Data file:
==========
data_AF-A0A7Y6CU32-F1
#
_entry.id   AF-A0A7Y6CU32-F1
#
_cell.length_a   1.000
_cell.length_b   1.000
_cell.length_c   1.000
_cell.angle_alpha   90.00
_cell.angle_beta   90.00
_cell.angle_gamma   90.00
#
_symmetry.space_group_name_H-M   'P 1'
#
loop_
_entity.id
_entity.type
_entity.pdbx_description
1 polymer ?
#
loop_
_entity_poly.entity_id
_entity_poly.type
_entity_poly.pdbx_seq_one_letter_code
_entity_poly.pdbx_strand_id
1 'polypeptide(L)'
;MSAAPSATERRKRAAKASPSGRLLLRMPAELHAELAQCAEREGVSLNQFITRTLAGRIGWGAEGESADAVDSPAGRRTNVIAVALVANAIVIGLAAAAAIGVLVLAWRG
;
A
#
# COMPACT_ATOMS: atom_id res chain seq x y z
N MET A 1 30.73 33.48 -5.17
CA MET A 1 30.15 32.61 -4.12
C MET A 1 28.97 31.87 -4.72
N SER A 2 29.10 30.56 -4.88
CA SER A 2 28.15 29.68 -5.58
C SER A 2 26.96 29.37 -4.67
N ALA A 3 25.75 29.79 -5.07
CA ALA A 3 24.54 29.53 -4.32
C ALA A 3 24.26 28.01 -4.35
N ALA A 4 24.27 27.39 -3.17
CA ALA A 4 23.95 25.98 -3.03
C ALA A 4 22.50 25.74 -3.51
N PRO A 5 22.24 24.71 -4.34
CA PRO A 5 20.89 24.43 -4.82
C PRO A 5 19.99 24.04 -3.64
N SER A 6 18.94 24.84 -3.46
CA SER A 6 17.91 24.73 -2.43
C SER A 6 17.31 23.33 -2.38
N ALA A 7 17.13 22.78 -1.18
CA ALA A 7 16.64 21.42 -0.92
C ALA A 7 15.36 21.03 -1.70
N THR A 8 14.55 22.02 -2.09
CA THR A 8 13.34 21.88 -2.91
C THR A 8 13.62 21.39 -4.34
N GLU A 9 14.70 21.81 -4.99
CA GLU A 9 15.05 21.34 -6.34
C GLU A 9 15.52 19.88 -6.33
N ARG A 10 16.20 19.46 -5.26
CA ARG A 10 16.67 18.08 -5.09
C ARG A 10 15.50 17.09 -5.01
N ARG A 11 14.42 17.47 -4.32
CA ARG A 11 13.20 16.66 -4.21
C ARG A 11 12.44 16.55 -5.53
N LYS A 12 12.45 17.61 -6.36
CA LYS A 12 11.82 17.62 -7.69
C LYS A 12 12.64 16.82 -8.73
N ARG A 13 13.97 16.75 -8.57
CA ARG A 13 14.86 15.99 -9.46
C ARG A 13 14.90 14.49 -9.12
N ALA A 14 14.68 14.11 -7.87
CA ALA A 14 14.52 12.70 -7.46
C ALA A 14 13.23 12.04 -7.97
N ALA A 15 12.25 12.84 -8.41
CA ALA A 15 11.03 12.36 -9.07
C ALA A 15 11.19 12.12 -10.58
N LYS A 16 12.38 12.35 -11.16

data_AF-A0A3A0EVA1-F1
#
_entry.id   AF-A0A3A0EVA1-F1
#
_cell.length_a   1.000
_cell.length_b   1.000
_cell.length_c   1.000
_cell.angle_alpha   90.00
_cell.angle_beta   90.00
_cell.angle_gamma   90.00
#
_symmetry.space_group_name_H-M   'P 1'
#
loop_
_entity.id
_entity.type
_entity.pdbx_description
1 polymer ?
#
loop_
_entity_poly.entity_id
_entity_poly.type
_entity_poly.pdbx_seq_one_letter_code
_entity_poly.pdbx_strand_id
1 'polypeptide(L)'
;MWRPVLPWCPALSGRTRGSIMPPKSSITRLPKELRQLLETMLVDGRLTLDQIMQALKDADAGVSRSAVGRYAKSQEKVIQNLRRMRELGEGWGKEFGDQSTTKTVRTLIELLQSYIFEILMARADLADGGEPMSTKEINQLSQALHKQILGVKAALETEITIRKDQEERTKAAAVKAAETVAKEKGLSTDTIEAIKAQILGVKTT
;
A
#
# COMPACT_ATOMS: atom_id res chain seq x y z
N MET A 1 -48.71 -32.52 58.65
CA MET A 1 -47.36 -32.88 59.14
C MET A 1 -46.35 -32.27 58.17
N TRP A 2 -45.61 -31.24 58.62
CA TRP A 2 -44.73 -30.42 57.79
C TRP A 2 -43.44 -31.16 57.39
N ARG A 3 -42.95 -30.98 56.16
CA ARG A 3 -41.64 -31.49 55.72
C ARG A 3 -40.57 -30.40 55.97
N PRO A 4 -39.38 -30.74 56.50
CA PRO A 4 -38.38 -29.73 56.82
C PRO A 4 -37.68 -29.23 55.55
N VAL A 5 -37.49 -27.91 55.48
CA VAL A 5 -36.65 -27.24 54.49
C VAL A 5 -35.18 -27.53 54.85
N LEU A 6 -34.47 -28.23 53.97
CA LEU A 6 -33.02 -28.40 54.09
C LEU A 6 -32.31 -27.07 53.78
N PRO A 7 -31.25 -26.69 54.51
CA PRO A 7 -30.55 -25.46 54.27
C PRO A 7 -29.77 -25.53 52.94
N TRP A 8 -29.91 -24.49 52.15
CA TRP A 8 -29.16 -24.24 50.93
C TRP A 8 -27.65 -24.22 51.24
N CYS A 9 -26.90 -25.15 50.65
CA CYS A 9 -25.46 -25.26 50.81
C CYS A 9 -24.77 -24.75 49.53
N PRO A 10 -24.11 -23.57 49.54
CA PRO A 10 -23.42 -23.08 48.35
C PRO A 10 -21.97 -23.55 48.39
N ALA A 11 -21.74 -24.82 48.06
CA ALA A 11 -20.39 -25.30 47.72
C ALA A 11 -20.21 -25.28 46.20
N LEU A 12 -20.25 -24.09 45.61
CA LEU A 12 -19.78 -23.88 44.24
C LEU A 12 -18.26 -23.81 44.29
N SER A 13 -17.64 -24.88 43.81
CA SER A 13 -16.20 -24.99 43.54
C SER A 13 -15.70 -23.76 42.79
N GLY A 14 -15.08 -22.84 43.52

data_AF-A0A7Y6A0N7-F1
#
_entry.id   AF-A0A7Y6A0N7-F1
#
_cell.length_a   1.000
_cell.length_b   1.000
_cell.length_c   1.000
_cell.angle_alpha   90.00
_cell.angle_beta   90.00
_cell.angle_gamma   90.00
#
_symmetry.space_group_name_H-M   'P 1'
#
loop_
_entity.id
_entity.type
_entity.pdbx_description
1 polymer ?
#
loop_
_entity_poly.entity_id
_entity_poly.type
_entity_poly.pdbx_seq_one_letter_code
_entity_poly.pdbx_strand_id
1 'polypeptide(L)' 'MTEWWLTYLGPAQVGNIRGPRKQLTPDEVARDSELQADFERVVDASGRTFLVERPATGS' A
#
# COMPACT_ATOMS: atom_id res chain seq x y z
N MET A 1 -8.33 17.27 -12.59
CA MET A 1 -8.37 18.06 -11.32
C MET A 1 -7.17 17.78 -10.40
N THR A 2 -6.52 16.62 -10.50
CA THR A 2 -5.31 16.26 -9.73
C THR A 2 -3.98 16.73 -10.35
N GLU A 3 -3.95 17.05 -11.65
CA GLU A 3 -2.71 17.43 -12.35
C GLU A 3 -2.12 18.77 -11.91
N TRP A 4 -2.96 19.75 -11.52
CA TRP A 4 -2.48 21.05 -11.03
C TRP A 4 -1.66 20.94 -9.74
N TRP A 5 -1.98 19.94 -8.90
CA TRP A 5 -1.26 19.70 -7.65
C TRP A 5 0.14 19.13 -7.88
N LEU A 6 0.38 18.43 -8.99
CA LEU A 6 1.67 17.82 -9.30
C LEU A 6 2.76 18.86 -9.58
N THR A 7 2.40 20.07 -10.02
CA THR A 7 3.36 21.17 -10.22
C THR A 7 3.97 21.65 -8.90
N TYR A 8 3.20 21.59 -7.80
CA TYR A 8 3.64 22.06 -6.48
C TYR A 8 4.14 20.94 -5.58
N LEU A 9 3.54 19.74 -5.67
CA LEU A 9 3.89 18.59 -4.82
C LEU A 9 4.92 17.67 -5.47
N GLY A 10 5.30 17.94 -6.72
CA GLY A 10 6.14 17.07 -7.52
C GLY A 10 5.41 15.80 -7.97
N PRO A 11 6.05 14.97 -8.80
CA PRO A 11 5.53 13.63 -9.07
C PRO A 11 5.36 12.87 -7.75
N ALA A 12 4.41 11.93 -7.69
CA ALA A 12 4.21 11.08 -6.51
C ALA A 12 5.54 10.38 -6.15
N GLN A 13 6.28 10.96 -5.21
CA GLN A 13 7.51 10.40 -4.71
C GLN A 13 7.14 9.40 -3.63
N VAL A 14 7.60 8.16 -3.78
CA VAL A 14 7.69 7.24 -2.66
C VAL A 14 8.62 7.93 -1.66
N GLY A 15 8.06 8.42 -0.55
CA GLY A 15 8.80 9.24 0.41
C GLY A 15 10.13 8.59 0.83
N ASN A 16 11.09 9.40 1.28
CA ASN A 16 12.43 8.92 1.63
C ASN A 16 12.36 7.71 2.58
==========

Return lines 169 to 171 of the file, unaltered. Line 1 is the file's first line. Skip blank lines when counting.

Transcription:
_entity_poly.pdbx_seq_one_letter_code
_entity_poly.pdbx_strand_id
1 'polypeptide(L)' 'MTEWWLTYLGPAQVGNIRGPRKQLTPDEVARDSELQADFERVVDASGRTFLVERPATGS' A